When a family member is no longer independent, it is generally another family member – usually a woman – who takes the main part of that person’s care upon herself. She is the one termed “primary caregiver” by professional literature.
The primary caregiver is a type of care-giving superwoman. It is the caregiver’s job to take responsibility and find solutions for every aspect of her charge’s life. She must take care of the needs within the home, a task that includes buying special equipment, organizing the home, etc. In addition she is in charge of the elderly person’s medical needs, including buying medication, doctors’ appointments, bathing, caring for bedsores, and ensuring a proper diet. She also has to deal with various bureaucratic procedures related to Bituach Leumi pensions and other benefits the person may be entitled to. And of course, the caregiver is the one who provides social and emotional support to the elderly person.
When the person who needs care has a living spouse, in most cases it is the spouse who becomes the primary caregiver. However, if the spouse also has health problems, or for whatever reason cannot assume responsibility for all matters, the role usually goes to one of the children in the family. It is important to keep the care-giving within the family in order to instill a sense of stability and warmth. And yet, caring for an ill family member entails a strong emotional involvement, and is often fraught with a sense of burden and fatigue.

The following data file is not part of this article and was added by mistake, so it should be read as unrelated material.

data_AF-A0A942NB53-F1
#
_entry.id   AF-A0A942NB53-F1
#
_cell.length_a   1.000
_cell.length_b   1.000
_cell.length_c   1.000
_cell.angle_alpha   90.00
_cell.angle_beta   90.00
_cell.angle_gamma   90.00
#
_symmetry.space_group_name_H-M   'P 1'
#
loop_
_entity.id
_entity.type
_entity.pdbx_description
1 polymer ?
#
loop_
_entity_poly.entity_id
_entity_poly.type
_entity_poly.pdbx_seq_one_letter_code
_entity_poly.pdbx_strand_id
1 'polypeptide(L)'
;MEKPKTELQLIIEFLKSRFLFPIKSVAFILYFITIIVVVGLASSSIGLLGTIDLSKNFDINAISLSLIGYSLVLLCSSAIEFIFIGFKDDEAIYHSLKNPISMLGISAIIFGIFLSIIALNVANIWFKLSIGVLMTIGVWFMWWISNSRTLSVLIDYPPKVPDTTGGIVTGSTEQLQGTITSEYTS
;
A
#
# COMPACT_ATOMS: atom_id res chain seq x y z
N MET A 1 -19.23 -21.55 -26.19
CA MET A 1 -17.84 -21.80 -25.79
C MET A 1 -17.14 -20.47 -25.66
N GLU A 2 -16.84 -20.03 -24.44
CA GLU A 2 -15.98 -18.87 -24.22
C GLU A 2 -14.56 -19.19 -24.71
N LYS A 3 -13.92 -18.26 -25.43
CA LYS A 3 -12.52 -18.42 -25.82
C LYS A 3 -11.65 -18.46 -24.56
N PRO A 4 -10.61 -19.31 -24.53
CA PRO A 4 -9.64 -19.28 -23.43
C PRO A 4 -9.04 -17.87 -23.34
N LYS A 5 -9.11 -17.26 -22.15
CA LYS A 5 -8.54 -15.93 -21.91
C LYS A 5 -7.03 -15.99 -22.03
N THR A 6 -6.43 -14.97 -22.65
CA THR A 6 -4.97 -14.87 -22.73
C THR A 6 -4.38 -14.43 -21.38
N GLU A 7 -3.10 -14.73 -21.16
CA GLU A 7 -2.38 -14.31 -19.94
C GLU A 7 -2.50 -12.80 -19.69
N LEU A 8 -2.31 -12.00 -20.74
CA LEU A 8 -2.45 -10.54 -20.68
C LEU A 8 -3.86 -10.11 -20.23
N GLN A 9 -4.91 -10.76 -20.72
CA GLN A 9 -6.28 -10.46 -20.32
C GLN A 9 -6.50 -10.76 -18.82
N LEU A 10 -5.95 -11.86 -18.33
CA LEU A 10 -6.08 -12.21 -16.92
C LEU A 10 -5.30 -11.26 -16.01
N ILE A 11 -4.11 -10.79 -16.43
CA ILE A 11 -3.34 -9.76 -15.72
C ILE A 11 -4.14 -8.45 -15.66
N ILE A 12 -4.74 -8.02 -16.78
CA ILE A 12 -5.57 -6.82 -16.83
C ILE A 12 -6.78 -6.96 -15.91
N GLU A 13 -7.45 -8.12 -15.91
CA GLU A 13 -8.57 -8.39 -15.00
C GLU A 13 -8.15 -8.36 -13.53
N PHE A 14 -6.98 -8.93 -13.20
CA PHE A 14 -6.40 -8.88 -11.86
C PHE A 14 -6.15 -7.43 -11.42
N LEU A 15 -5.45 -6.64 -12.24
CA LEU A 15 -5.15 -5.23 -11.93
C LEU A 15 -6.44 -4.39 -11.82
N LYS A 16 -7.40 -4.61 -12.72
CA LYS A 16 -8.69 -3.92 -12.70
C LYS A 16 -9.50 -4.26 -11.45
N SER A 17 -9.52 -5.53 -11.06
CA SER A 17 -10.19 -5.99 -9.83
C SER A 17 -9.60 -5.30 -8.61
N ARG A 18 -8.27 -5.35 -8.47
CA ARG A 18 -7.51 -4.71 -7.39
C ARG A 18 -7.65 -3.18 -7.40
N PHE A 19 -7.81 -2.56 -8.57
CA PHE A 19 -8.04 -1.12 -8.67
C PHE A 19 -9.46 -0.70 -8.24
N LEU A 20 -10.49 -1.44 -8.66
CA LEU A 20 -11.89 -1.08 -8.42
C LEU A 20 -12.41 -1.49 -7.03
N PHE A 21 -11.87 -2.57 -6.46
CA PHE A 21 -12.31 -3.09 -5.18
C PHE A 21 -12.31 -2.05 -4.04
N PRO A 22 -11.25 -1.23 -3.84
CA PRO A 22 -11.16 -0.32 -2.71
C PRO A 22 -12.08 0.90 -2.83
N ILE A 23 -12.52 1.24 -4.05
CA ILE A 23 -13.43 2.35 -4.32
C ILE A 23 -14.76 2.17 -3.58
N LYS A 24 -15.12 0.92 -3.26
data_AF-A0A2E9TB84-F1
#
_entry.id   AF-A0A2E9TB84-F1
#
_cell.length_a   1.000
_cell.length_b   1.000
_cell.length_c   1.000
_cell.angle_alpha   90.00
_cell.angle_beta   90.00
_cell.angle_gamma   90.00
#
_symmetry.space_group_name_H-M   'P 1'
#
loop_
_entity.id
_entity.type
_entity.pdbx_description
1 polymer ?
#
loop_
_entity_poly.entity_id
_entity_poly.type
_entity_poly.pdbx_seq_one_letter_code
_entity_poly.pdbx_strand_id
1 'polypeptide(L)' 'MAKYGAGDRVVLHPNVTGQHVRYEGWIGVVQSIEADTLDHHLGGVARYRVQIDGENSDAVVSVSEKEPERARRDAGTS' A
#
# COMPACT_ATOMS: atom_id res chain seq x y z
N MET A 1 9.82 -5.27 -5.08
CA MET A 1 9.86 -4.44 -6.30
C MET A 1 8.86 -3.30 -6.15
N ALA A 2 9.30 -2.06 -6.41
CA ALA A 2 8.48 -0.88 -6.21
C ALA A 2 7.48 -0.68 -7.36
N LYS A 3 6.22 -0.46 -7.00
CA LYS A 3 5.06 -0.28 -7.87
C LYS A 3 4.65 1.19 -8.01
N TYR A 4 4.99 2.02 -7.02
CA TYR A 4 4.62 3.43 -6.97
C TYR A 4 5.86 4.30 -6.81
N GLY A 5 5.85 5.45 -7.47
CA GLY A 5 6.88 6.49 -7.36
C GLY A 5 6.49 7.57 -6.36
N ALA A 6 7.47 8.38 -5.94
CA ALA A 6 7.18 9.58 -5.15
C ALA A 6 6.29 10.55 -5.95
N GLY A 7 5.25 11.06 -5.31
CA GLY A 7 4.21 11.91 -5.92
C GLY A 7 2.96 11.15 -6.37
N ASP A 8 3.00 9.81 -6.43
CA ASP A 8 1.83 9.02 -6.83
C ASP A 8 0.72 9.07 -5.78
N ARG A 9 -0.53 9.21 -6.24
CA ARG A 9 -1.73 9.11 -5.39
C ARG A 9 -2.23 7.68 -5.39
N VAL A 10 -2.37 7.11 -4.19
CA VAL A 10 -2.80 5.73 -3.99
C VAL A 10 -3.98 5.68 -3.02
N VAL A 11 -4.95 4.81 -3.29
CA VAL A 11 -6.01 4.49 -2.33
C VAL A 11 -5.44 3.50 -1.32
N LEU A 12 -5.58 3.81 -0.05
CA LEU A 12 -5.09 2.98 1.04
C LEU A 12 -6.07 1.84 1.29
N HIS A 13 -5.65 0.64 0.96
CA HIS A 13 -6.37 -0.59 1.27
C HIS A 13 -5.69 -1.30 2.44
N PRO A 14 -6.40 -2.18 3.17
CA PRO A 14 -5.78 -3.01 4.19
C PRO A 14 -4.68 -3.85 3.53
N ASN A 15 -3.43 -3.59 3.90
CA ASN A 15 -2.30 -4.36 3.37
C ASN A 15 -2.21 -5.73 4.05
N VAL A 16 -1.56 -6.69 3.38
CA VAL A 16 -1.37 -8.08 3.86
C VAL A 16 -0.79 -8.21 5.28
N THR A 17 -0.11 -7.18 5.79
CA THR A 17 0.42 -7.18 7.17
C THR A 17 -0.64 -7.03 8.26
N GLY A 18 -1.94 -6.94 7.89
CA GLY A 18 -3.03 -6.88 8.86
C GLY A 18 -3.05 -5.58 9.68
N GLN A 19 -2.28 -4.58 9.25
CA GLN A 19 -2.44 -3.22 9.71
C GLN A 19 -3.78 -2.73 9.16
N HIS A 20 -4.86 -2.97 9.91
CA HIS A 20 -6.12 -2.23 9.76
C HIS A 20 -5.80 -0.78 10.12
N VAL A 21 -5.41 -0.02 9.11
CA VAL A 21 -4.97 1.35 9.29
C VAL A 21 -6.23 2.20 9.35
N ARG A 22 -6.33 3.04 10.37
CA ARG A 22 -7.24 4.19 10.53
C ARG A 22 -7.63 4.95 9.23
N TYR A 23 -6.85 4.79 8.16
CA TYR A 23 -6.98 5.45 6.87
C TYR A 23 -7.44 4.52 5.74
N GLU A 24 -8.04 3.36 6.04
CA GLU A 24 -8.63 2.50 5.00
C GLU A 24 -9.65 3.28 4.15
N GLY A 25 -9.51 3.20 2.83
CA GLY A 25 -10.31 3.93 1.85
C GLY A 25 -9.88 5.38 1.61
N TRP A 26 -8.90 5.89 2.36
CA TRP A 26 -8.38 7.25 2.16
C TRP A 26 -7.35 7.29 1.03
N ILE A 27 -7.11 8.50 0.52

The fact that one member of the family has taken upon herself the task of primary caregiver does not mean that the rest of the family is “off the hook”. It is strongly recommended that all family members get involved with the care-giving. It is advisable to distribute the tasks in an organized fashion, preparing a detailed, planned schedule, which takes into account the needs of both the person being cared for and the the primary caregiver.
The caregiver should be able to have regular mealtimes and a good night’s sleep, as well as time off for the activities she enjoys, and for spending time with other family members and friends. In other words, it is important to allow the primary caregiver to keep up her routine as much as possible.
Suitable care facilities for the elderly may also be found, permitting the caregiver some time to herself. These may be daycare centers for the elderly, a relief caregiver (an Israeli or a foreign worker) or special respite program.
In addition to other family members participating in the care-giving, assistance can also come from an outside source, in the form of a support group for caregivers. In this group, the caregiver can meet others who are in the same situation, experiencing similar difficulties and loneliness. At group meetings the caregiver can share her feelings and hear about other ways to cope with the difficult situation.
Support groups of this kind can be found in various nonprofits (such as “Emda”, “Na’aman”, “Eyal”, “Amcha” and others), hospitals (such as Tel Hashomer), social service offices and nonprofits for the elderly in various residential areas.
If actual physical attendance is difficult, the caregiver can participate in an online support group by the Emda NPO.
For the full article about the rights of the primary caregiver click here.
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